As was the custom in those days, immigrants to the New World who could not afford the cost of passage often sold their services to someone else under an indentured servant contract. This was usually for four years, but many were for longer periods of time. In Thomas' case, Mr. William Porter no doubt resold his services to the Gentleman on Birds Creek who in turn paid his passage to Maryland. After arriving there, Thomas was obligated to work out a four-year indenture to pay for his voyage. In many cases, the sponsors of indentured passengers received fifty acres of land in payment for bringing new settlers to the Colonies.
These indentured immigrants, by today's standards were virtual slaves who worked for food and shelter, and at the end of their contract period may or may not have been given a few dollars in pay and let go on their way.
After serving their indenture though, they too were entitled to 50 acres of land. Before gaining title they were first required to settle and live on it, pay the surveyor’s and clerk’s fees and any other costs connected to it. Many had no resources do this, but those who did got their start in the New World.
Thomas came over under the name of Hodgkinson, as it was a common precursor of the name of Hoskinson in England at the time. There were many Hodgkinsons in Lancashire County, England, but only a scattered few in Maryland at the time Thomas arrived there.
Thomas married Jane Moore, daughter of James Moore Sr. and Mary (last name unknown), about 1708 in Rock Creek Parish, Prince Georges County, Maryland. Jane was born about 1686 in Prince Georges County, Maryland.
On May 9, 1720, Thomas Hoskinson Senior, received a Warrant for 100 acres of land called "Hoskinsons Folly" from James Beale, near Bladensburg in Prince George County. On September 14, 1722, Thomas Hoskinson received a land deed for "Hoskinsons Folly" from Charles the 2nd Absolute Lord Proprietary of the Province of Maryland and Avalon, Lord Barron of Baltimore, and James Beale.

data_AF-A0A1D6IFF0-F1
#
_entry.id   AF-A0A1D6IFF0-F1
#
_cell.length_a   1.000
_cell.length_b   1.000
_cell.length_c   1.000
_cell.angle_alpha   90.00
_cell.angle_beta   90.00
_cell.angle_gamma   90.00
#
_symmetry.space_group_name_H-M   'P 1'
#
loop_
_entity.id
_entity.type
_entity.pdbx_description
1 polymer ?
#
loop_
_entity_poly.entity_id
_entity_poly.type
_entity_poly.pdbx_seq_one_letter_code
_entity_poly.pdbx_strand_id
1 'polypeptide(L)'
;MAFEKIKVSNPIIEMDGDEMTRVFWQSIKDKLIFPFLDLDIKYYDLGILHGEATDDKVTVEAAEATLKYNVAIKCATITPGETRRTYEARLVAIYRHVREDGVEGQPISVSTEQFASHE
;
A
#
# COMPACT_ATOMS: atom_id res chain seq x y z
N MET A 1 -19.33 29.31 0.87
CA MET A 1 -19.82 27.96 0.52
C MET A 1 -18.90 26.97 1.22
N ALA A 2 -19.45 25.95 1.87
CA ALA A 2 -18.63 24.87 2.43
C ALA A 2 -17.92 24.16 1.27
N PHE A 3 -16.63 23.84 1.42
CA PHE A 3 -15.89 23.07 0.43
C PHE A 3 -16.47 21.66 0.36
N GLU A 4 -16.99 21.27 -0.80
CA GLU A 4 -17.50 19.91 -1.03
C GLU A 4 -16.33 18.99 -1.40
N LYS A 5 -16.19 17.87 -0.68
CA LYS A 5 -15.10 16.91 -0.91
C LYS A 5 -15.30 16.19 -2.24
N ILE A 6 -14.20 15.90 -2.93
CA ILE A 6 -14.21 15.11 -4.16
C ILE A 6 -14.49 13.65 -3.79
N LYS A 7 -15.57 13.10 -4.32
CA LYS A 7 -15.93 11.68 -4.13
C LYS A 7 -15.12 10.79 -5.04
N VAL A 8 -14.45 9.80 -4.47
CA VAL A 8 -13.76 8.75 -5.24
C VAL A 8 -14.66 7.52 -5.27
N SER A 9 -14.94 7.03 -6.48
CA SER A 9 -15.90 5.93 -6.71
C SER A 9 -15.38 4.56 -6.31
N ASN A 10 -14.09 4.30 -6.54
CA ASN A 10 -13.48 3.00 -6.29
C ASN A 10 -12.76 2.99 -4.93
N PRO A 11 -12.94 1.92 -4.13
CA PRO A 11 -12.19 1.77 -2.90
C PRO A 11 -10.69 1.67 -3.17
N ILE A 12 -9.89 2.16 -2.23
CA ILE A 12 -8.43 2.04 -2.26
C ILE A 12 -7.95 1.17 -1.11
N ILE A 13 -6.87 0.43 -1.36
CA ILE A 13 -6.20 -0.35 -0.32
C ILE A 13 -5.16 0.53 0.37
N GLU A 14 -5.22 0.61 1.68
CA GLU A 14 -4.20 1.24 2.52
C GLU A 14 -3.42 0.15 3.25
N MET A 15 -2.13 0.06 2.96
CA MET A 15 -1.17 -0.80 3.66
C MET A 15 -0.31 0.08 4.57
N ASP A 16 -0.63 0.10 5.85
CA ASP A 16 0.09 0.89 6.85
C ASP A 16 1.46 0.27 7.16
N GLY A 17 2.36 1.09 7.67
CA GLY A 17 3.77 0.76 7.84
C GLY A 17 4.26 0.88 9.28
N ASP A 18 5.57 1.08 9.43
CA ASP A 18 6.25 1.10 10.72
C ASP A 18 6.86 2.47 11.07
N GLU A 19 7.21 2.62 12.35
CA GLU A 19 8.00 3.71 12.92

In the April 1742 Court, George Atwood sued Thomas Hoskinson, a planter, for debt. This was an extensive case that dated back to 1736 and 1738. At that time, Thomas had been dealing with John Hoopes a Merchant in Ireland to whom he had given bills of exchange as merchants did in those days, this was for the benefit of George Atwood. These bills were refused and were not accepted, something on the order of today’s bad checks. Thomas promised to make them good but later refused to do so and was taken to court by Atwood. Thomas was ordered to pay to Atwood thirty pounds sterling and three hundred sixty eight pounds of tobacco in costs and damages.
The last mention of Thomas Hoskinson Sr. was on a June 1743, court petition for permission to apply to the next General Assembly for “relief from his miserable prison confinement”. It isn’t clear as to when Thomas was put in prison, but probably resulted from one or more of the several bad business dealings that he had with his creditors. A verbatim copy of this petition is as follows:
“Thomas Hoskinson proffers to the Court here the following petition Viz: To the Worshipful Justices of Prince George County Court now in counsel sitting the humble petition of Thomas Hoskinson Senior and humbly sheweth that whereas your petitioner at this time a languishing prisoner in this County Goal in the custody of John Hepburn Esq. for debts which your poor petitioner is in no capacity by any ways to pay and your poor petitioner having a wife and family who must inevitably be obliged to be troublesome to your Worships for a maintenance. Except your poor petitioner were at liberty to gain support for them and upon whom they absolutely depend for maintenance. And your petitioner having been an inhabitant of this County upwards of forty years and behaving himself with probity and honesty to all men, being now misfortune and weekness of old age brought to this calamity, most humbly beseecheth your Worships of your great goodness and lenicy to such unfortunate persons to take his case into your consideration and grant him your certificate of permission to apply to the next General Assembly for relief from this miserable confinemant and your Petitioner as is duty bound shall ever pray.”